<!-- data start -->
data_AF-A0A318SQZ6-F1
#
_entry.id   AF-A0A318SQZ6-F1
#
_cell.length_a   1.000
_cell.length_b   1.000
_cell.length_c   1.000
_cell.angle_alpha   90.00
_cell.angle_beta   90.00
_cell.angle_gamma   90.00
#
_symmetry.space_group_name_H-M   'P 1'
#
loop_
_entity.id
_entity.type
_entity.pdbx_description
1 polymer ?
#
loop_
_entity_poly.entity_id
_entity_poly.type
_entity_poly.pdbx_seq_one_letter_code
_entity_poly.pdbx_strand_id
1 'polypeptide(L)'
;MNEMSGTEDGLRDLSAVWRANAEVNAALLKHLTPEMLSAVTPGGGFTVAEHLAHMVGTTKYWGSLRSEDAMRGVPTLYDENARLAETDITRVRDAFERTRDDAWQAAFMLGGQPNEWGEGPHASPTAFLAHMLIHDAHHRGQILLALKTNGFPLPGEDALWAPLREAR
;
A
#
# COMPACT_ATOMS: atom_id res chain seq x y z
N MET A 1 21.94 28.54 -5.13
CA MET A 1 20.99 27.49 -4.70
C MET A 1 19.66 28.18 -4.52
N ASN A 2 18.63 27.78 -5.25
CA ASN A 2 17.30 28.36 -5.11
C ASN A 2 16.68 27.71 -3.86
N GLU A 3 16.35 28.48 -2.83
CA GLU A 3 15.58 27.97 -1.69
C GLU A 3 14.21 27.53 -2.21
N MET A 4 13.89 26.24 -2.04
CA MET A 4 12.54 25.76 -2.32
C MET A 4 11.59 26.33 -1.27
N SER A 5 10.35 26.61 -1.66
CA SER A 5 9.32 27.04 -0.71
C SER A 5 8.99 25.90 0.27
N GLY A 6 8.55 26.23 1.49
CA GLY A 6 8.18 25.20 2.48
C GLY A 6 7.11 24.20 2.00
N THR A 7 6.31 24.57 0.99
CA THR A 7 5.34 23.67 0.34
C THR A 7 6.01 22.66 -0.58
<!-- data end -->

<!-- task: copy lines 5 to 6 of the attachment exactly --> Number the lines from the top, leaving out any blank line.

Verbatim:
_cell.length_a   1.000
_cell.length_b   1.000